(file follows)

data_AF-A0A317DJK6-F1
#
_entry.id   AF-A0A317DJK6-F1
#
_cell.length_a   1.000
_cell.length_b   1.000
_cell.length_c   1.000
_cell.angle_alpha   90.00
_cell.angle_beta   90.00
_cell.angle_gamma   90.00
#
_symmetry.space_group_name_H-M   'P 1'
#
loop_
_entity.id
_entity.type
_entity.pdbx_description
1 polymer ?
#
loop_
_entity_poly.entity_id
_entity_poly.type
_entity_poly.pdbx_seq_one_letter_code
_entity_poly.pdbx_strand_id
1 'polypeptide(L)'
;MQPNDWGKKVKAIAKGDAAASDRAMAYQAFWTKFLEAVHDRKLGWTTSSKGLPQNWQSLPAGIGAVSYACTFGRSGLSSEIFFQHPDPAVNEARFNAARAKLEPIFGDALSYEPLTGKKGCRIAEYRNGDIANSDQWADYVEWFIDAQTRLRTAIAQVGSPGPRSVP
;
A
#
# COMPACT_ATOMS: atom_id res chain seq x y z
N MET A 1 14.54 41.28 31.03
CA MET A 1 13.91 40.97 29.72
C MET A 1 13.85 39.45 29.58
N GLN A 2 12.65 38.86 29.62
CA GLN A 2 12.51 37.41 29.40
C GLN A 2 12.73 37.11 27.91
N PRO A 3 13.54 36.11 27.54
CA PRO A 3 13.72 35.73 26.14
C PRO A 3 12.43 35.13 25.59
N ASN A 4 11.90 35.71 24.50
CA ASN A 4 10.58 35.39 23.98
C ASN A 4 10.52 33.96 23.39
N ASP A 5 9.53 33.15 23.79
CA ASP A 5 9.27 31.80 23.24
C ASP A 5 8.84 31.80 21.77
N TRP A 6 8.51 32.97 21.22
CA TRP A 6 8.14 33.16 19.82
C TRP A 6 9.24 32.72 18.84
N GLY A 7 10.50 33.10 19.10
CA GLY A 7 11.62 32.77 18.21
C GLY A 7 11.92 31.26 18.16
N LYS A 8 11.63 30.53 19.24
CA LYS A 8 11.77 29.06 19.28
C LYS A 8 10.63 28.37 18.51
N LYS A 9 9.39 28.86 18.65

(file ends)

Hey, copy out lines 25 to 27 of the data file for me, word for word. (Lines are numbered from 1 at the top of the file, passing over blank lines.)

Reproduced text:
1 'polypeptide(L)'
;MQPNDWGKKVKAIAKGDAAASDRAMAYQAFWTKFLEAVHDRKLGWTTSSKGLPQNWQSLPAGIGAVSYACTFGRSGLSSEIFFQHPDPAVNEARFNAARAKLEPIFGDALSYEPLTGKKGCRIAEYRNGDIANSDQWADYVEWFIDAQTRLRTAIAQVGSPGPRSVP
;